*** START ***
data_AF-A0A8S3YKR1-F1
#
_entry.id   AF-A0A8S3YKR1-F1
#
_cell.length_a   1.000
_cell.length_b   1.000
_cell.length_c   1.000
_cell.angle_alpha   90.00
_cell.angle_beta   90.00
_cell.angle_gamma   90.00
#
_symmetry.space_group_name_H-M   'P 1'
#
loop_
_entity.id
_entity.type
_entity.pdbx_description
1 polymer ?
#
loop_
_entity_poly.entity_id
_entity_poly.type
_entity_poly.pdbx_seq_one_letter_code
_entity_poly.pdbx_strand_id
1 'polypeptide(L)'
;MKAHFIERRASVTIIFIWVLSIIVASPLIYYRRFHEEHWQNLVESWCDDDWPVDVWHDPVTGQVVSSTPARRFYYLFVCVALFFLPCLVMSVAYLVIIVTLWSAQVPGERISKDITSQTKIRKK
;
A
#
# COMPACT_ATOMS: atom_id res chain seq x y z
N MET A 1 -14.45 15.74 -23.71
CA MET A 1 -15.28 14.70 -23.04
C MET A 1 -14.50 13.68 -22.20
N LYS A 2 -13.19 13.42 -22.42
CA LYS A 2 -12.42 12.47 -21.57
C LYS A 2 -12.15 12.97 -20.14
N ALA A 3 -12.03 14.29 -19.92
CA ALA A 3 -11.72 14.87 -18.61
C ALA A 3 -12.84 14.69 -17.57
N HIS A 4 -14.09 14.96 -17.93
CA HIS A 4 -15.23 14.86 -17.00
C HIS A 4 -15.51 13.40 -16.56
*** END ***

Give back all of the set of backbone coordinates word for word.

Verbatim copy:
data_AF-A0A8S3YKR1-F1
#
_entry.id   AF-A0A8S3YKR1-F1
#
_cell.length_a   1.000
_cell.length_b   1.000
_cell.length_c   1.000
_cell.angle_alpha   90.00
_cell.angle_beta   90.00
_cell.angle_gamma   90.00
#
_symmetry.space_group_name_H-M   'P 1'
#
loop_
_entity.id
_entity.type
_entity.pdbx_description
1 polymer ?
#
loop_
_entity_poly.entity_id
_entity_poly.type
_entity_poly.pdbx_seq_one_letter_code
_entity_poly.pdbx_strand_id
1 'polypeptide(L)'
;MKAHFIERRASVTIIFIWVLSIIVASPLIYYRRFHEEHWQNLVESWCDDDWPVDVWHDPVTGQVVSSTPARRFYYLFVCVALFFLPCLVMSVAYLVIIVTLWSAQVPGERISKDITSQTKIRKK
;
A
#
# COMPACT_ATOMS: atom_id res chain seq x y z
N MET A 1 -14.45 15.74 -23.71
CA MET A 1 -15.28 14.70 -23.04
C MET A 1 -14.50 13.68 -22.20
N LYS A 2 -13.19 13.42 -22.42
CA LYS A 2 -12.42 12.47 -21.57
C LYS A 2 -12.15 12.97 -20.14
N ALA A 3 -12.03 14.29 -19.92
CA ALA A 3 -11.72 14.87 -18.61
C ALA A 3 -12.84 14.69 -17.57
N HIS A 4 -14.09 14.96 -17.93
CA HIS A 4 -15.23 14.86 -17.00
C HIS A 4 -15.51 13.40 -16.56